Here is the statement from TSA: This federal requirement through the transportation system seeks to minimize the spread of COVID-19. We will continue to work closely with the CDC to evaluate the need for these directives.

How people will react to this still remains to be seen. The FAA says it's received 1,300 reports of unruly passengers onboard commercial flights in the last three months alone.

And in an exclusive interview, FAA administrator Steve Dickson tells me that is a serious uptick. Here's what he said.


MUNTEAN: Are you at all concerned with summer travel on the horizon?

STEPHEN DICKSON, FAA ADMINISTRATOR: I'm always concerned. We have to be vigilant on safety issues. And the aviation system that we have in the United States is the safest form of travel in human history, and we need to do everything that we can always to make sure that it stays that way. And again, that's what this zero tolerance policy is about to make sure we get the situation under control.


MUNTEAN: Now, this is all happening as more people are coming back to flying. The TSA says 1.74 million people pass through security at America's airports on Thursday. That is a new record of the pandemic. The head of the Association of Flight Attendants tells me there is no

confusion about this new guidance. Masks still required on any form of transportation, Kate.

BOLDUAN: Yeah, they're going to have to continue reminding people of that, with all of these headlines.

It's good to see you, Pete. Thank you very much.

Let's get to more of the questions now raised by this big moment.

Joining me right now is Dr. Monica Gandhi, chief professor of medicine and associate chief of infectious diseases at the University of California, San Francisco.

And Dr. Leana Wen, CNN medical analyst, former Baltimore City health commissioner.

Thank you both for being here.

Dr. Gandhi, first, your reaction to this major moment and the announcement by the CDC.

DR. MONICA GANDHI, PROFESSOR OF MEDICINE AND ASOSCIATE CHIEF OF INFECTIOUS DISEASES, UCSF: You know, I think it was extremely prudent to do this. Why? Because we really do want to motivate vaccinations. We are getting to more normal point. And the vaccinated person, they're very protected themselves and they also cannot transmit or it's extremely unlikely for them to transmit.

For the unvaccinated, I know there's a concern, that, oh, okay, there's all these unvaccinated people around them not masking. Luckily, masks protect you. I have written multiple papers on masking since the beginning of the pandemic, and really what we're trying to get the equation to change, which it did on November 9th by the CDC is masks protect you as an unvaccinated individual.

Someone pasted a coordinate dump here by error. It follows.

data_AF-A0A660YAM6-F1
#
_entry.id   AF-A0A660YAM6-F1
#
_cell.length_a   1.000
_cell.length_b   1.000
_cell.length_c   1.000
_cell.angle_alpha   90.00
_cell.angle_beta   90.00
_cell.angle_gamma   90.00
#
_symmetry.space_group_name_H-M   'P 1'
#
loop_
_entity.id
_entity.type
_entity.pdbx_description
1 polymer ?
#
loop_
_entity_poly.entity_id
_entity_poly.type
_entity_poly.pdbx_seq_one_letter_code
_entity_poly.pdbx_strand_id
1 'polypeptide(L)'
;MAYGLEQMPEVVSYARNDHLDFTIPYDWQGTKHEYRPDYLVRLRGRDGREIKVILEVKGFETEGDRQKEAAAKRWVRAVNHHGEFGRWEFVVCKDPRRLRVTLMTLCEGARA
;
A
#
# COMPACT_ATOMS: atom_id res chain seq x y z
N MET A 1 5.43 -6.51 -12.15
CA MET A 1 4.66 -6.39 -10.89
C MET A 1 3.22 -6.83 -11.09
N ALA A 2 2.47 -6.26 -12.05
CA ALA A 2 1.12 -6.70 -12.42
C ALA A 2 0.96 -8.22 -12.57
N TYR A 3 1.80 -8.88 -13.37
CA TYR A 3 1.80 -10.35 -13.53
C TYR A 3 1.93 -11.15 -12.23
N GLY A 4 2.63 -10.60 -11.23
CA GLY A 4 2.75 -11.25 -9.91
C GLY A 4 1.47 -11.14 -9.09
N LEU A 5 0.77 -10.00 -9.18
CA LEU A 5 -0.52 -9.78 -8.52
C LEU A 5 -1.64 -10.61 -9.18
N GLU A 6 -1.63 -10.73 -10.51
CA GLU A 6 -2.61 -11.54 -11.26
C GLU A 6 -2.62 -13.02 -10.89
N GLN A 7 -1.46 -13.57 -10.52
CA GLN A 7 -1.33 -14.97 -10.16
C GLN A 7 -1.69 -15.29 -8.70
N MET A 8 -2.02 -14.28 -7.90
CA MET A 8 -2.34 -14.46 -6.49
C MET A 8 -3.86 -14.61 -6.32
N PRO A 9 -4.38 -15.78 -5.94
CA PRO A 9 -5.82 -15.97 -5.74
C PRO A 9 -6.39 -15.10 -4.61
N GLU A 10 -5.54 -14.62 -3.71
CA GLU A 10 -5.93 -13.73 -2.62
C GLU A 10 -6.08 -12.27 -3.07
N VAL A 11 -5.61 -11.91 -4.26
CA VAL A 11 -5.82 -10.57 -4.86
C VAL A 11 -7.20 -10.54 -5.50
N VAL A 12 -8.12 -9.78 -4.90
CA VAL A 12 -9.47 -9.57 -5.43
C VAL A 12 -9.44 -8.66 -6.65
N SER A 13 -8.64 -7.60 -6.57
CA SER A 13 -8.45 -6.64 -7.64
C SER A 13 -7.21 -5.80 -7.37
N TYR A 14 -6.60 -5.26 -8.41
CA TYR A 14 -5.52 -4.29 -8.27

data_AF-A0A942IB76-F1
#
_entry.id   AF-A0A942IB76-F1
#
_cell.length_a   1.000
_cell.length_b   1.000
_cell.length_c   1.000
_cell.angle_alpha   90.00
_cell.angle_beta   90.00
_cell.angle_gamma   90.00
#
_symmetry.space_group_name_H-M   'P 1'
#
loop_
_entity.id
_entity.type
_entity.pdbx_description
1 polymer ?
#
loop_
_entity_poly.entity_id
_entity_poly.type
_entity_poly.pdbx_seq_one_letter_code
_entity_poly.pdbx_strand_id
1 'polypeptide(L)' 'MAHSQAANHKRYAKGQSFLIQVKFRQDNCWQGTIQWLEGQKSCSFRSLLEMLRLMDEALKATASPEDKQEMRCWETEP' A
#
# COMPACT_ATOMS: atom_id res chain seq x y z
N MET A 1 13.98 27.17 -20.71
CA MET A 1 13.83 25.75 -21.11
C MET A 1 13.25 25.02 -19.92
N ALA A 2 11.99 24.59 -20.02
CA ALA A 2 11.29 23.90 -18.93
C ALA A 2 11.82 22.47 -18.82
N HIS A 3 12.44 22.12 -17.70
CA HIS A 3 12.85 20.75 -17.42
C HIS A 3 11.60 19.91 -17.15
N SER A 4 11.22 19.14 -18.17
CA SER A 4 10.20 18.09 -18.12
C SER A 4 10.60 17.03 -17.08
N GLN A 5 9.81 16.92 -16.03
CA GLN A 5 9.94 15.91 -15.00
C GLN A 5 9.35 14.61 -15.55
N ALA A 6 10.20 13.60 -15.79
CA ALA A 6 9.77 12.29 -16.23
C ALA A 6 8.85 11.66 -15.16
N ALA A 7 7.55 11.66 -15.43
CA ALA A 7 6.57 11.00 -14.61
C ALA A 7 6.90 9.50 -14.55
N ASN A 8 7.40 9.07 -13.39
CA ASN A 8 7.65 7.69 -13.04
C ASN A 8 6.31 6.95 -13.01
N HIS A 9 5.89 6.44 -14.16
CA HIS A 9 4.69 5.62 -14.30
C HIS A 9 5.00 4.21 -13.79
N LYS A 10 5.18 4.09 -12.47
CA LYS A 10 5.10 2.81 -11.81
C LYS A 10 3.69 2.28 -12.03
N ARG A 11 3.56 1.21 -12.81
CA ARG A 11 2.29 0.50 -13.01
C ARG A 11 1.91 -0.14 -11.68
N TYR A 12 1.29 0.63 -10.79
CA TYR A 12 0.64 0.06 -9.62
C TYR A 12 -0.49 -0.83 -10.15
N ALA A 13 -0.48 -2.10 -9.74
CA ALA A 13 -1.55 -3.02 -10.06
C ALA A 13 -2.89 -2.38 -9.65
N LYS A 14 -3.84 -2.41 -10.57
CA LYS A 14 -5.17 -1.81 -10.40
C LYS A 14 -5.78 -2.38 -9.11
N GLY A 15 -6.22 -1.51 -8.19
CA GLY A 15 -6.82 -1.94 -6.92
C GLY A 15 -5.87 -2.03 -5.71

So the unvaccinated person will be safe as they continue to mask.

BOLDUAN: And that is part of the change. We heard so long it protects your neighbor. It also, we did -- the science has changed as you've written about, Dr. Gandhi, shown us that it also does protect you very much.

Dr. Wen, you are much more skeptical. Why are you not happy with this move? You think it could actually make people less likely to get vaccinated. Tell me why.

DR. LEANA WEN, CNN MEDICAL ANALYST: Well, this change was really abrupt. The CDC went from 0 to 100 overnight. First, they were saying even vaccinated people and you had to be wearing masks in certain outdoor settings.

They went from that to essentially saying we don' mask mandates at all, because if we're not checking for vaccination status and we're now making wearing a mask or distancing optional, that we're saying we're leaving it to the honor code and we don't know who is going to be masked and who is vaccinated and who is not.

So, I really worry that we are actually reducing the incentive here. I think to Dr. Gandhi's point, I think we would be incentivizing people if we're also saying, here is proof of vaccination, you can take off the mask. A lot of people will say, well, what's in it for me if I get my vaccinated? I may as well take off my mask now.

BOLDUAN: This kind of -- the whole concept of the honor code and checking for vaccination status, that is actually some of the questions raised. There are a list enough questions as we continue moving into this unprecedented moment.

And we ask viewers, ask folks on Twitter to kind of send in their questions for where -- what they're thinking of it at this time. I want to dive into a few of them with you.

Dr. Gandhi, take this one. This is from one person on Twitter. They ask, to Dr. Wen's point -- why would I unmask indoors with a bunch of people that I don't know if they are vaccinated or not?


Can you speak to that? Talk to me where you know the science is.

GANDHI: Right. So, I assume this is a vaccinated person. And that where the science is basically we have these clinical trials that show the vaccines were effective. And that word is called efficacious in epidemiology. And then you want to know, okay, how does it work in the real world setting? That word is called effective.

We have study after study including two that the CDC cited yesterday from their own work in the MMWR about how incredibly effective the vaccines are in the real world. Especially as cases come down, you're less likely to even be exposed at all. And they are so effective even in older people 65 and older. That was one study they presented yesterday.

And just across the planet. In Qatar, there is a study that showed even against variants, these vaccines were extremely effective. 97.4 percent. So they're so effective you just protected yourself by getting vaccinated.